People who are living with metabolic diseases such as obesity or type 2 diabetes are also at a greater risk of developing high levels of bad cholesterol. One study has shown that 62% of people with type 2 diabetes were at a high risk of increased LDL cholesterol levels[7].

Unhealthy behaviours or lifestyle choices also increase the risk of high blood LDL levels, including:

  • Smoking increases fat levels, such as LDL and triglycerides, in the blood raising the risk of heart disease[8].
  • Although moderate alcohol intake may have some protective benefits, excessive alcohol consumption, more than 30 g/day, is associated with an increase in total cholesterol and triglyceride levels[9].
  • Not getting enough physical exercise affects blood lipid levels. That’s because exercising regularly is known to promote ‘good’ or HDL cholesterol while maintaining LDL and triglyceride levels. Intense exercise can even reduce these levels[10].

There are several other risk factors for high LDL cholesterol. They are:

  • Age. Cholesterol levels naturally increase with age.
  • Certain medications. Some medicines can interfere with your cholesterol levels, like beta-blockers, chemotherapy, diuretics, arrhythmia medicines, and steroids.
  • Underlying medical conditions. Diabetes, obesity, polycystic ovary syndrome (PCOS), hypothyroidism, and chronic kidney disease can alter your cholesterol levels.
  • Race or ethnicity. Non-white Hispanic people are most at risk of high LDL levels.
  • Sex. Men are more likely to have high cholesterol between the ages of 20 and 39,the risk for women increases after menopause.

Symptoms of High LDL

High cholesterol doesn’t often present with any symptoms, so it is possible to be walking around with high LDL and not know anything about it. That’s why it is called a ‘silent killer’. For this reason, it is important to monitor your levels with a cholesterol test, to measure your cardiovascular risk.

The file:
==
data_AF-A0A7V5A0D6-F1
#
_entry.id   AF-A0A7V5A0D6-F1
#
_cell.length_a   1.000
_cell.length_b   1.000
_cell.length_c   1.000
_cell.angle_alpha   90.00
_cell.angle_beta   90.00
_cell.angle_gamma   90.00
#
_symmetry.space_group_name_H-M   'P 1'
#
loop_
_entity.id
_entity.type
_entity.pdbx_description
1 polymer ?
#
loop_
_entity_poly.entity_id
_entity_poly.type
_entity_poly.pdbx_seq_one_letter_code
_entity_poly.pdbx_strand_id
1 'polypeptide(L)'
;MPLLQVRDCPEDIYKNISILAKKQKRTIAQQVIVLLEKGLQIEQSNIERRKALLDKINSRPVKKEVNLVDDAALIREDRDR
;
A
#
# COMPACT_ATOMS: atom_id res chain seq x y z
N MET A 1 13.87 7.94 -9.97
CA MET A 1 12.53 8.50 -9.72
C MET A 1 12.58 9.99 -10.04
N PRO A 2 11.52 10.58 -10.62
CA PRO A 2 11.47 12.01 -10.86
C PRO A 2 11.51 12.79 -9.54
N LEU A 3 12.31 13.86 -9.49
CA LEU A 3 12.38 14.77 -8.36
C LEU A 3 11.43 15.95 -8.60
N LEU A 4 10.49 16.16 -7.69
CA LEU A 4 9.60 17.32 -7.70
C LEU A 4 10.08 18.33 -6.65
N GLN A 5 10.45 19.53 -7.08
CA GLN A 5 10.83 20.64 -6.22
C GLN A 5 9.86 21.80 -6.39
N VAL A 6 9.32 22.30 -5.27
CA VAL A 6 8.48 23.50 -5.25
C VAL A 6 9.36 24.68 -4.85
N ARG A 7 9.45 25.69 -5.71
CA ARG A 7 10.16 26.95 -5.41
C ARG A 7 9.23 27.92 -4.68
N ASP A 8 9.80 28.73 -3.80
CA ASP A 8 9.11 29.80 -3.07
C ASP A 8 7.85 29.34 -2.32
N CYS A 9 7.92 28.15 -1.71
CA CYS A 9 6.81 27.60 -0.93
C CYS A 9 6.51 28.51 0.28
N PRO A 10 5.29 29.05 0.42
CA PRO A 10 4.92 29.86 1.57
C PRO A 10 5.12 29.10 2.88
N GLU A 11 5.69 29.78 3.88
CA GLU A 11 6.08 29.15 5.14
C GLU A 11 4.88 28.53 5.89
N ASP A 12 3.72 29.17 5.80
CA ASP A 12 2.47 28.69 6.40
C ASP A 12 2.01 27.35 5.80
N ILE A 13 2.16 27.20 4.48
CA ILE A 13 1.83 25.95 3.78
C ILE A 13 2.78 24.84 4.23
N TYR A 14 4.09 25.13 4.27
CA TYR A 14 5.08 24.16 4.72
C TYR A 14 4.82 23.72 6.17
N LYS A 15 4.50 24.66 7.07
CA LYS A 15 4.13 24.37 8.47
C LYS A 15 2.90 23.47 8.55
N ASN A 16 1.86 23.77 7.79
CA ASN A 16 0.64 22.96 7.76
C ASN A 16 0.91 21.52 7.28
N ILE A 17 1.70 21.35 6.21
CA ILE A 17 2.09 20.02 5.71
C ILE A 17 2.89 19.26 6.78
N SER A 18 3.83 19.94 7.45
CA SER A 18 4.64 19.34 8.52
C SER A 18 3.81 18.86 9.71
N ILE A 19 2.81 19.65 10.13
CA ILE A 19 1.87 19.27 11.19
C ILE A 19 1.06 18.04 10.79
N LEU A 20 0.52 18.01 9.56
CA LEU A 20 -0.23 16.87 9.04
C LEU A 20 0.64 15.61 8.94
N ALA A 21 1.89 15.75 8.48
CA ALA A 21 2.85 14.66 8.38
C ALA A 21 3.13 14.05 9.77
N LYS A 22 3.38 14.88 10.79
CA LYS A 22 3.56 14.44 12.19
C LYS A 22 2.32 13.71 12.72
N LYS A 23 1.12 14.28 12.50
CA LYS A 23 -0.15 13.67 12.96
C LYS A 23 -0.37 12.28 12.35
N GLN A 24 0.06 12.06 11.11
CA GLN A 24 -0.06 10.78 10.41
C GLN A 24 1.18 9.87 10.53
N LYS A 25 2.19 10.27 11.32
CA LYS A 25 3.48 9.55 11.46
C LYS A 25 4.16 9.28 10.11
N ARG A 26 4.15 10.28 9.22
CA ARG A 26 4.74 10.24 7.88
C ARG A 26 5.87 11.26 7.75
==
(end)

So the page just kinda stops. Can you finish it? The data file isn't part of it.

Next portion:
If you have an inherited condition that causes high LDL levels, then you may have some noticeable signs, such as:

  • Swellings around your knuckles, knees or Achilles’ tendons
  • Small yellow lumps of cholesterol around the inner corner of your eye
  • A pale white ring around the coloured part of your eye, the iris

Low LDL Levels

Low LDL levels can be caused by genetics or acquired or environmental factors.

The most common genetic cause of low LDL levels is an inherited condition called heterozygous familial hypobetalipoproteinaemia. It means that the body can’t properly absorb and transport fats[11].

Symptoms of Low LDL

Some of the symptoms associated with low LDL levels may include:

  • Failure to thrive with diarrhoea
  • Fatty poo because the body is unable to absorb fat properly
  • Ataxia (a condition that affects co-ordination, balance, and speech)
  • Pigmentation of the retina
  • Build-up of fats in the liver[12]

How to Improve Your LDL Levels

Fortunately, there are things you can do to proactively help lower or improve your LDL cholesterol levels. They include:

  • Following a healthy balanced diet which limits your intake of saturated fat and sugar
  • Aiming to exercise for at least 30 minutes daily for at least five days per week
  • Quitting smoking if you are a tobacco smoker
  • Trying to limit your alcohol intake to no more than 14 units per week, spread across at least three days

If a medical professional is concerned about your LDL levels they may prescribe medication which can help bring it down, like statins.